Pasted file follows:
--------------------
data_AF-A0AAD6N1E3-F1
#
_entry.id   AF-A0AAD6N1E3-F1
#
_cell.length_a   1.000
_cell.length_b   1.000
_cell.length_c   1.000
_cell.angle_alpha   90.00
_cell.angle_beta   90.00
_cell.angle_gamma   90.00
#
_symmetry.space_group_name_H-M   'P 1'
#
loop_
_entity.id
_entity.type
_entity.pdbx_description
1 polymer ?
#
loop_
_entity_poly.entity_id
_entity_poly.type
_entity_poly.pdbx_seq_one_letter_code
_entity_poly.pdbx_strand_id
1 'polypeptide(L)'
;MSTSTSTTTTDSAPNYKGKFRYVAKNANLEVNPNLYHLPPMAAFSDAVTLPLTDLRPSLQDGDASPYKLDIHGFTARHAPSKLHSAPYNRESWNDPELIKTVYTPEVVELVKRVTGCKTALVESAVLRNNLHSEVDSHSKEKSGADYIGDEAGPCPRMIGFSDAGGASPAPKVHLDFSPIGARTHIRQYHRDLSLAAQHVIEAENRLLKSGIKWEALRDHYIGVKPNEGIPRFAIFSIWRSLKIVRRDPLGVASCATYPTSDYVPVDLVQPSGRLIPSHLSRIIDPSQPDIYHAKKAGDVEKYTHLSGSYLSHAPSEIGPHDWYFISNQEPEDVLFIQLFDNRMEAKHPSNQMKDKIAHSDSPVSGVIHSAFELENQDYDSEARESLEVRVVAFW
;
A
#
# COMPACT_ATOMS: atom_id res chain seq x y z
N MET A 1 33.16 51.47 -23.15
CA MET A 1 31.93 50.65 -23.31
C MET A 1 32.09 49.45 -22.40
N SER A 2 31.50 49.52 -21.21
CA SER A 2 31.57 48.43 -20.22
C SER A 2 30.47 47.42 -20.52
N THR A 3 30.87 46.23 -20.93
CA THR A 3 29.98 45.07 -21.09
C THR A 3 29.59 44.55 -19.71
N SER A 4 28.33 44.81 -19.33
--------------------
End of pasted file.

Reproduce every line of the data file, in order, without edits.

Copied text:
data_AF-A0AAD6N1E3-F1
#
_entry.id   AF-A0AAD6N1E3-F1
#
_cell.length_a   1.000
_cell.length_b   1.000
_cell.length_c   1.000
_cell.angle_alpha   90.00
_cell.angle_beta   90.00
_cell.angle_gamma   90.00
#
_symmetry.space_group_name_H-M   'P 1'
#
loop_
_entity.id
_entity.type
_entity.pdbx_description
1 polymer ?
#
loop_
_entity_poly.entity_id
_entity_poly.type
_entity_poly.pdbx_seq_one_letter_code
_entity_poly.pdbx_strand_id
1 'polypeptide(L)'
;MSTSTSTTTTDSAPNYKGKFRYVAKNANLEVNPNLYHLPPMAAFSDAVTLPLTDLRPSLQDGDASPYKLDIHGFTARHAPSKLHSAPYNRESWNDPELIKTVYTPEVVELVKRVTGCKTALVESAVLRNNLHSEVDSHSKEKSGADYIGDEAGPCPRMIGFSDAGGASPAPKVHLDFSPIGARTHIRQYHRDLSLAAQHVIEAENRLLKSGIKWEALRDHYIGVKPNEGIPRFAIFSIWRSLKIVRRDPLGVASCATYPTSDYVPVDLVQPSGRLIPSHLSRIIDPSQPDIYHAKKAGDVEKYTHLSGSYLSHAPSEIGPHDWYFISNQEPEDVLFIQLFDNRMEAKHPSNQMKDKIAHSDSPVSGVIHSAFELENQDYDSEARESLEVRVVAFW
;
A
#
# COMPACT_ATOMS: atom_id res chain seq x y z
N MET A 1 33.16 51.47 -23.15
CA MET A 1 31.93 50.65 -23.31
C MET A 1 32.09 49.45 -22.40
N SER A 2 31.50 49.52 -21.21
CA SER A 2 31.57 48.43 -20.22
C SER A 2 30.47 47.42 -20.52
N THR A 3 30.87 46.23 -20.93
CA THR A 3 29.98 45.07 -21.09
C THR A 3 29.59 44.55 -19.71
N SER A 4 28.33 44.81 -19.33